The study showed that the result remained the same even after taking into account physical activity and total calorie intake.
Researchers at University of North Carolina at Chapel Hill School of Public Health and in China studied more than 750 Chinese men and women, aged between 40 and 59, in three rural villages in north and south China.
The majority of study participants prepared their meals at home without commercially processed foods. About 82 percent of the participants used MSG in their food.
Those users were divided into three groups, based on the amount of MSG they used.
The researchers found that the group, which used the most MSG, were nearly three times more likely to be overweight than non-users.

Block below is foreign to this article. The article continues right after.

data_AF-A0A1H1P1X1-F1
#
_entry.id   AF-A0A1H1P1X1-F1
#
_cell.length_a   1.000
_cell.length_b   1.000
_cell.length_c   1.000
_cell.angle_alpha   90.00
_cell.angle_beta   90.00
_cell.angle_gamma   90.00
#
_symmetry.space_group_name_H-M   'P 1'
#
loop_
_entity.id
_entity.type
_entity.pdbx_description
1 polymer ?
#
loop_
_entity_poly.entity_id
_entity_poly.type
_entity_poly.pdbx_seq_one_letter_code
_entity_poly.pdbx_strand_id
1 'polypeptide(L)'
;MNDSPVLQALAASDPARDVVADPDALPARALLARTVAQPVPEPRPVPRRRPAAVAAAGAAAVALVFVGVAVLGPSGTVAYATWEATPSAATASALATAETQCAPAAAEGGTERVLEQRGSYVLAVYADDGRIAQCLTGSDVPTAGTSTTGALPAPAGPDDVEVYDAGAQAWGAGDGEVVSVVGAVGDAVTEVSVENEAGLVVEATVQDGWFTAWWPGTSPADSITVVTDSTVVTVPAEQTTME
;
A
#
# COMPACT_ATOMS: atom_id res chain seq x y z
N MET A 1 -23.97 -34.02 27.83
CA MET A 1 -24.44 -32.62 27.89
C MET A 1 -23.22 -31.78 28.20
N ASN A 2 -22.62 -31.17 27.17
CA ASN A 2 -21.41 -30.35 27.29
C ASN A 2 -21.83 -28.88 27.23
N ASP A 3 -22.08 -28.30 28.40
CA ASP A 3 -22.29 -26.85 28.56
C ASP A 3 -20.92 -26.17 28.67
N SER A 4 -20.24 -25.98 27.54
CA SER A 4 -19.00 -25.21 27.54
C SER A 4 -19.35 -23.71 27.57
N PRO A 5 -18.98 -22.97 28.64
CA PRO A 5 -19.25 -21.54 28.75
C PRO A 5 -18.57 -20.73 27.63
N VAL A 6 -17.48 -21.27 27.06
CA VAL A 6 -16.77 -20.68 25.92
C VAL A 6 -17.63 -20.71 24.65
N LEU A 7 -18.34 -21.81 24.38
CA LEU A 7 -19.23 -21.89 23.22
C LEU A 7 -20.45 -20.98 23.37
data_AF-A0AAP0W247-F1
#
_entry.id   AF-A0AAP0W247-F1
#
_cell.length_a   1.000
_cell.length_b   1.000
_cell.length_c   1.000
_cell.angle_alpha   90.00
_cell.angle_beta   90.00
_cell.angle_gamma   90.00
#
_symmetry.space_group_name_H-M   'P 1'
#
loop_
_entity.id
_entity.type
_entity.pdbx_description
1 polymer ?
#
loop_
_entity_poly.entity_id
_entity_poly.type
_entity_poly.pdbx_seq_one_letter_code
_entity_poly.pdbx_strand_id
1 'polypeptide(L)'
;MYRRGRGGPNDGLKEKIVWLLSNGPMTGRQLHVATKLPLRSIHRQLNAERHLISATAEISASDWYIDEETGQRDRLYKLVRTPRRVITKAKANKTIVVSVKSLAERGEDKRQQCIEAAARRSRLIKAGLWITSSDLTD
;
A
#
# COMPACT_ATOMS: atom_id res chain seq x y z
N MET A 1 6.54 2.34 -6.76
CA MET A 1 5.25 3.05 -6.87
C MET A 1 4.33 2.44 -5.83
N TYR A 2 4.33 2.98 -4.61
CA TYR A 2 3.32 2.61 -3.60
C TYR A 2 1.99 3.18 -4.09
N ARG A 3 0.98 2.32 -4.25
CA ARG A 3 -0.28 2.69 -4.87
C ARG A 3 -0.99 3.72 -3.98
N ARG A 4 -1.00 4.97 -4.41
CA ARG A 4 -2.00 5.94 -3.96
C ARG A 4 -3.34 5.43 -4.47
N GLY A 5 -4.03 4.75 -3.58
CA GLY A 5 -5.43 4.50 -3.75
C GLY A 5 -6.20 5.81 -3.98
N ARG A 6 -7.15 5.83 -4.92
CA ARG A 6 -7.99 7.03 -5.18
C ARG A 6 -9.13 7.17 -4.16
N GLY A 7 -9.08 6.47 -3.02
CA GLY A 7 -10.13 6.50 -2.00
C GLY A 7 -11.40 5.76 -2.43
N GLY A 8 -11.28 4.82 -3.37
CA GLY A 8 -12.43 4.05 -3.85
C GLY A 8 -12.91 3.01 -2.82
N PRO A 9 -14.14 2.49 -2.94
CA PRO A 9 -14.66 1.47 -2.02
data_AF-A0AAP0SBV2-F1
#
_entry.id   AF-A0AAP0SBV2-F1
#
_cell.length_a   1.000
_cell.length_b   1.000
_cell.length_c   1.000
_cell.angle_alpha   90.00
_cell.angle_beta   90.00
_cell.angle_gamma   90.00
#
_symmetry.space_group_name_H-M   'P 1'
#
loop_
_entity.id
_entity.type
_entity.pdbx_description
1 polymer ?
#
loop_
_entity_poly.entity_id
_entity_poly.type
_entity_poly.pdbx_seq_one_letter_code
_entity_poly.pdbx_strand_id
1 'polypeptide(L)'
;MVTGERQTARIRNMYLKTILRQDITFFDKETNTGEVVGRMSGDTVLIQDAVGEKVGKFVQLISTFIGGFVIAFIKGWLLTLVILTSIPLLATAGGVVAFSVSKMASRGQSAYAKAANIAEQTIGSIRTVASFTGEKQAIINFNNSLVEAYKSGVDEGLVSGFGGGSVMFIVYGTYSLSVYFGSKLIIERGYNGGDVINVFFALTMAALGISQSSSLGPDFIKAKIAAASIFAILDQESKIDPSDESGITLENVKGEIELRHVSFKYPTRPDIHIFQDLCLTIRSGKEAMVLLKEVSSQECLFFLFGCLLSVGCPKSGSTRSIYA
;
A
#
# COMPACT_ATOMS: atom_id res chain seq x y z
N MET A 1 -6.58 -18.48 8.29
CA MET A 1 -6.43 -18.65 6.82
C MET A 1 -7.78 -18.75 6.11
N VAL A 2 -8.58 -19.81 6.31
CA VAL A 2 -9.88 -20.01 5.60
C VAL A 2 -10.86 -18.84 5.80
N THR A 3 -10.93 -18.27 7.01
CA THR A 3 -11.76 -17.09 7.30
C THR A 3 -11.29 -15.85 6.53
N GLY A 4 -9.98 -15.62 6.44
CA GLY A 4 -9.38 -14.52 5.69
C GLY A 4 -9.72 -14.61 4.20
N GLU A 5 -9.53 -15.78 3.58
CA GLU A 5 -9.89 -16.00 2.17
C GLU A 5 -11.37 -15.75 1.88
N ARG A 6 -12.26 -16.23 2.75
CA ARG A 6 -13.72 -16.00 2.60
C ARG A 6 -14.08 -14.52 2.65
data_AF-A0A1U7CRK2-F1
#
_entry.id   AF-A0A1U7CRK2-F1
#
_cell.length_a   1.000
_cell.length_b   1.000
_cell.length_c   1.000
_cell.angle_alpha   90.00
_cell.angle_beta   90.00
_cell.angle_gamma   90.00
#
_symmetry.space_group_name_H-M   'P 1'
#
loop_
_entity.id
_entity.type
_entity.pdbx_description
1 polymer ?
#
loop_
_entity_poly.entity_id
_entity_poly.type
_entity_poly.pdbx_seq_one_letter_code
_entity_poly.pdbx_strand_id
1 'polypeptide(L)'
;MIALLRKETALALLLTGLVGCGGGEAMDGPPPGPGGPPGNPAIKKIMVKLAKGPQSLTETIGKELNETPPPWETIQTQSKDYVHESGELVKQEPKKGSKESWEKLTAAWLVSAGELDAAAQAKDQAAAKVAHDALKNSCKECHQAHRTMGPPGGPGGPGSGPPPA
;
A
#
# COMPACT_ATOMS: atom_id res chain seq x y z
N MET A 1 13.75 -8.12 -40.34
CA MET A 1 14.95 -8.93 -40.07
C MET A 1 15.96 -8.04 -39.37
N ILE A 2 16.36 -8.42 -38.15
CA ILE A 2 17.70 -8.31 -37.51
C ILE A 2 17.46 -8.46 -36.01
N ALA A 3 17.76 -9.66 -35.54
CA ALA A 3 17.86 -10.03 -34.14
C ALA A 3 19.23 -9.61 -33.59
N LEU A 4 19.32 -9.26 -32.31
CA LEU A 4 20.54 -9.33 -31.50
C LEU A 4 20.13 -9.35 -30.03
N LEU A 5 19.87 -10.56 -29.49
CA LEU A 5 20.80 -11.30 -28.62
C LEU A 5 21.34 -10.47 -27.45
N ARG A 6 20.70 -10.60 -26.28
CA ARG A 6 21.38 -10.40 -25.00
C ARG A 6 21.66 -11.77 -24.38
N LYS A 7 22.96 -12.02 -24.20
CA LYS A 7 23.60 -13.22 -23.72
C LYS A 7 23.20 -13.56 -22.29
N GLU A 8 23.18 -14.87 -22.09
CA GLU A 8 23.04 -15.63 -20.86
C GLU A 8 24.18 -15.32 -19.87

"Animal studies have indicated for years that MSG might be associated with weight gain. Ours is the first study to show a link between MSG use and weight in humans," said Ka He, M.D., assistant professor of nutrition and epidemiology at the UNC School of Public Health.
Because MSG is used as a flavour enhancer in many processed foods, studying its potential effect on humans has been difficult.
He and his colleagues chose study participants living in rural Chinese villages because they used very little commercially processed food, but many regularly used MSG in food preparation.
"We found that prevalence of overweight was significantly higher in MSG users than in non-users. We saw this risk even when we controlled for physical activity, total calorie intake and other possible explanations for the difference in body mass. The positive associations between MSG intake and overweight were consistent with data from animal studies," he said.
The study is published in the journal Obesity.